Kalea and Noah snuggle in one hospital bed during treatment.
From waking up in the morning to getting tucked in at night, siblings Noah and Kalea were practically inseparable.
They’d eat their breakfast together – whatever 6-year-old Kalea had, 4-year-old Noah wanted too – and brush their teeth together. The two kids would get so immersed in playing together, and so quiet, that their parents, Duncan and Nohea, would get nervous and go check on them. Inevitably, the adults would interrupt some elaborate imaginary adventure and the kids would shoo them away.
“Noah looks up to his big sister and wanted to be like her. She got into skateboarding, so he did it and she did soccer, so he wants to,” Duncan said. “Whatever she did, that’s what he wanted to do.”
So, when Noah’s big sister was diagnosed with a brain tumor and Noah started complaining of headaches in the same spot, his parents thought he was just missing his best buddy.
But then there was his gait. Suddenly, when he walked, he’d lean to the right. At Kalea’s next appointment, Duncan asked the neurologist to watch Noah walk down the hallway. As the little boy put his feet down, step over step, the neurologist’s face spoke volumes – that something was not normal. It was probably nothing, the doctor said, but he put in an urgent order for an MRI for Noah.
“It was almost like, we didn’t even fathom. It was so crazy to imagine that our daughter has brain cancer, has a tumor, you don’t even register that their sibling could have it,” Duncan said. “The brain tumor didn’t even cross our mind. There’s something going on but it’s not a tumor. We just know that it’s not going to be because it can’t happen.”
But it did.
Noah and Kalea hang out together at the hospital during treatment.
Thirteen days after Kalea was diagnosed with a medulloblastoma tumor in the fourth ventricle of her brain, Noah was diagnosed with a tumor in the same spot. Her tumor was 3.5 centimeters, his was 5 centimeters.
“My wife stayed with my son in the emergency room and I walked back up to stay with my daughter and one of the nurses was like, ‘How did the results come back?’ And I started crying and I told her,” Duncan said. “It was disbelief because it’s never happened before. There have never been two siblings diagnosed at the same time with a medulloblastoma tumor. It was hard to comprehend that it was happening to us.”
Duncan holds his daughter tight at her radiation appointment.
In the first step to a positive prognosis, both siblings’ tumors were successfully removed in brain surgery. They are now on different treatment plans because of their ages, and they’re hanging in there.
“It breaks your heart when you hear them talking to each other, ‘When we’re not sick anymore, we’re going to go to Disneyland,’ or whatever, you know? Just talking about things they’ll do, because they know they’re sick and they can’t do what everyone else does,” Duncan said.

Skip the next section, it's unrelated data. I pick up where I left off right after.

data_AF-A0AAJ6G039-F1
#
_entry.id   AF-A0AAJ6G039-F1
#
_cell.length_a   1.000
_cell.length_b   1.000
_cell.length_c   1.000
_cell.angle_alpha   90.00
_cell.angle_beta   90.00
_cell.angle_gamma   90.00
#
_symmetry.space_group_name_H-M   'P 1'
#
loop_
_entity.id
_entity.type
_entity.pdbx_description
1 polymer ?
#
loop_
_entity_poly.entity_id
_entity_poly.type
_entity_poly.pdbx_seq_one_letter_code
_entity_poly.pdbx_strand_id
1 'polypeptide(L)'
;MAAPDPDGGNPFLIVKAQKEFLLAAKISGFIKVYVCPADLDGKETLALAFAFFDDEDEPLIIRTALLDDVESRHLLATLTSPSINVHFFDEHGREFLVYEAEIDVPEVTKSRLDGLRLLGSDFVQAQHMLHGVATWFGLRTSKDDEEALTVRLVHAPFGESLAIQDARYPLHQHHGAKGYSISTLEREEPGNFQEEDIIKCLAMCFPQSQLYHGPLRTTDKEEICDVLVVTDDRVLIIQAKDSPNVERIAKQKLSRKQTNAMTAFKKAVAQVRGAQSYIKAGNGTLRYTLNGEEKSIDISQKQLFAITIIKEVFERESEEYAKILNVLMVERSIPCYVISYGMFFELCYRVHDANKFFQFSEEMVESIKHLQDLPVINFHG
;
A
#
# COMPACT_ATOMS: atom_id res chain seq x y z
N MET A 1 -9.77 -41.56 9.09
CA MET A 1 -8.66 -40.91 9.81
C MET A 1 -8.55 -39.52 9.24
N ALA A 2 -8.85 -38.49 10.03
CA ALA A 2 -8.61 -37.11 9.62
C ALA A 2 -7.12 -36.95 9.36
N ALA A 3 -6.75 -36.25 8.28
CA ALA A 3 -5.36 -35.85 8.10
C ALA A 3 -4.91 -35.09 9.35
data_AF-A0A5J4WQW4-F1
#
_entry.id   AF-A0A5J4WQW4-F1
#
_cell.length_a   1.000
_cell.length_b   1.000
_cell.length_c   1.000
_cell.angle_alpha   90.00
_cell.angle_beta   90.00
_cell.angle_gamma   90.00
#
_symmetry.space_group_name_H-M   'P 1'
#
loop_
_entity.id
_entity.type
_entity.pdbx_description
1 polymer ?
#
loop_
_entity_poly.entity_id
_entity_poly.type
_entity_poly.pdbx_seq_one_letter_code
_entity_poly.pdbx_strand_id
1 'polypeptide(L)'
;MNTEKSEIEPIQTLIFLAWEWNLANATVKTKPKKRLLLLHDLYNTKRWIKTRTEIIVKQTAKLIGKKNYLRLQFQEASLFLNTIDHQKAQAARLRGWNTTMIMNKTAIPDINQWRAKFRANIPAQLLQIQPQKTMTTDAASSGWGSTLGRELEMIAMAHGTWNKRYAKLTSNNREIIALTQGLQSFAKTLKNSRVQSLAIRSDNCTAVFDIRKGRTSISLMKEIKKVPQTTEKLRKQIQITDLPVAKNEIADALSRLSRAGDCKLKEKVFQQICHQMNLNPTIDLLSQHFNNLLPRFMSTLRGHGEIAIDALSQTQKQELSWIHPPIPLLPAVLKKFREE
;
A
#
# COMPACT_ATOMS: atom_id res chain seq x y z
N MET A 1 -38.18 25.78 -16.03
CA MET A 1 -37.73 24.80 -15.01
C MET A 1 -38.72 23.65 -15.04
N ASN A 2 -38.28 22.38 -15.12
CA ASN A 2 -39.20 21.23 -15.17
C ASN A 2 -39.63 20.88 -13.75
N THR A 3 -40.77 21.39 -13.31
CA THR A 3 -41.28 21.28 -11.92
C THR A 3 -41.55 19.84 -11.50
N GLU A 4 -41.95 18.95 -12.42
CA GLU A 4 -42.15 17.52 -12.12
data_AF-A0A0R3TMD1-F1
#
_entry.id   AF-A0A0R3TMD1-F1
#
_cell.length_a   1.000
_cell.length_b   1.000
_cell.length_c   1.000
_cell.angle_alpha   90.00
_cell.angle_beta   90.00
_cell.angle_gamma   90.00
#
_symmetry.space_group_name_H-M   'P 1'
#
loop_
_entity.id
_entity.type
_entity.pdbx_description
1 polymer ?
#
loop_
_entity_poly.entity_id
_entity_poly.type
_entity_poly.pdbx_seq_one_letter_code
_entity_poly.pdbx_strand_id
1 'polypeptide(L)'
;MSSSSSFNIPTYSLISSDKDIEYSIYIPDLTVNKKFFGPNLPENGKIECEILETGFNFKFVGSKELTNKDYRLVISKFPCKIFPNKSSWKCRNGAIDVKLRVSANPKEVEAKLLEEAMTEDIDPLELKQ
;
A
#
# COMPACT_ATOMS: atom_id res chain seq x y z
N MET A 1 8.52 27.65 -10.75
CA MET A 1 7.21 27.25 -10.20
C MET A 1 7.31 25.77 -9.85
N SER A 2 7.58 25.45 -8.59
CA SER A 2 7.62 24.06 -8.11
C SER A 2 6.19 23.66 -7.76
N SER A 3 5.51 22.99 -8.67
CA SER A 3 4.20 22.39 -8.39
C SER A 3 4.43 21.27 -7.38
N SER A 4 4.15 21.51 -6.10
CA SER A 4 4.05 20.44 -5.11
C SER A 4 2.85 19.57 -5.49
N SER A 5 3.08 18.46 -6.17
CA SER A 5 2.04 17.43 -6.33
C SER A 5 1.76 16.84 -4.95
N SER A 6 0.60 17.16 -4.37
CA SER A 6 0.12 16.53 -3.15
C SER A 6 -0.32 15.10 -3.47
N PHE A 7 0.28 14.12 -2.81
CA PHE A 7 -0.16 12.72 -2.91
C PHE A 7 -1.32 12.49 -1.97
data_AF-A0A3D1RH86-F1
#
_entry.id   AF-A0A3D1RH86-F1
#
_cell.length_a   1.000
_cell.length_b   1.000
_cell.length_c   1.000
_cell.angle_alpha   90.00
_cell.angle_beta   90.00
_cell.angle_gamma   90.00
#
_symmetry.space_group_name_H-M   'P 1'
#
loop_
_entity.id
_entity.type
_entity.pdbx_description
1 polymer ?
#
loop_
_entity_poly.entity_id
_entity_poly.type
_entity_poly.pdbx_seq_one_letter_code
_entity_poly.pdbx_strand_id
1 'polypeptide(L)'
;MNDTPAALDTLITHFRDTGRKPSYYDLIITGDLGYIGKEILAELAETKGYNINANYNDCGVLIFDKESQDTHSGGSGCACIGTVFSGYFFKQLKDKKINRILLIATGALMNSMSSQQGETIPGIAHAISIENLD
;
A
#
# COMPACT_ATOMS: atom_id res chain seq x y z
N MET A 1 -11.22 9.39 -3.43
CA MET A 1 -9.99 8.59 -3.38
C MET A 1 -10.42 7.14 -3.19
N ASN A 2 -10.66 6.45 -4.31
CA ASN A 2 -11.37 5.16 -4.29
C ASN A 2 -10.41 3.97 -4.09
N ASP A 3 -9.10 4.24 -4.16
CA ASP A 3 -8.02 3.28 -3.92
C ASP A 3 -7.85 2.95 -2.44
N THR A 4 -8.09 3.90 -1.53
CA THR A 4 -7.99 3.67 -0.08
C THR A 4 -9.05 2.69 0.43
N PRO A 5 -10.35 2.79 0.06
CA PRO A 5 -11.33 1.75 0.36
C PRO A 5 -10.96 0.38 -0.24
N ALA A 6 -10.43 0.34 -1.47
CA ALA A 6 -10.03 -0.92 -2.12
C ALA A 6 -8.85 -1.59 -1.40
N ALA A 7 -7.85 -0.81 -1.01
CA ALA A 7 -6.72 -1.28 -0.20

On the good days, Duncan and Nohea try to keep life as normal as possible for the two kids. On bad days, they hold them and love them as much as they can.
“You know, you think about if your kid has a cold or a fever or a cut, what do we have to do? How do we make them feel better? Now times that by a million with trying to fight cancer, knowing that so much of it is out of your hands,” Duncan said.
Noah and Kalea get some much-needed rest during treatment for medulloblastoma. The siblings will face long-term effects from the surgery and intense treatment. “As parents, it’s like, are these going to be the same kids we raised for our whole lives? And that’s a hard thing,” Duncan said. “… Whatever happens is how it works.”
Duncan and his wife want answers. And so far, they haven’t gotten any. The twin tumors are still a mystery. Doctors tested the tumors for genetic abnormalities and found nothing. The doctors also assured the family that the cause wasn’t environmental. The cause is still a mystery.
That’s why pediatric brain cancer research is important to Duncan and Nohea, and that’s why they support St. Baldrick’s. Over the years, St. Baldrick’s has funded $12.8 million toward medulloblastoma research.
“Knowing that our kids are hopefully going to give groundwork and give information to help future kids — that means a lot to our family,” Duncan said.
Contributing to research is the Avery family’s silver lining. According to Duncan, samples of Noah and Kalea’s tumors have been sent to labs for study and scientific articles are going to be published about their unique situation.
“If the reason we’re put on this earth is to help give answers then hey, that’s something that we can try to embrace to help the process,” he said.
Together we can take childhood back from cancer for sisters and brothers everywhere. Fund lifesaving research today.
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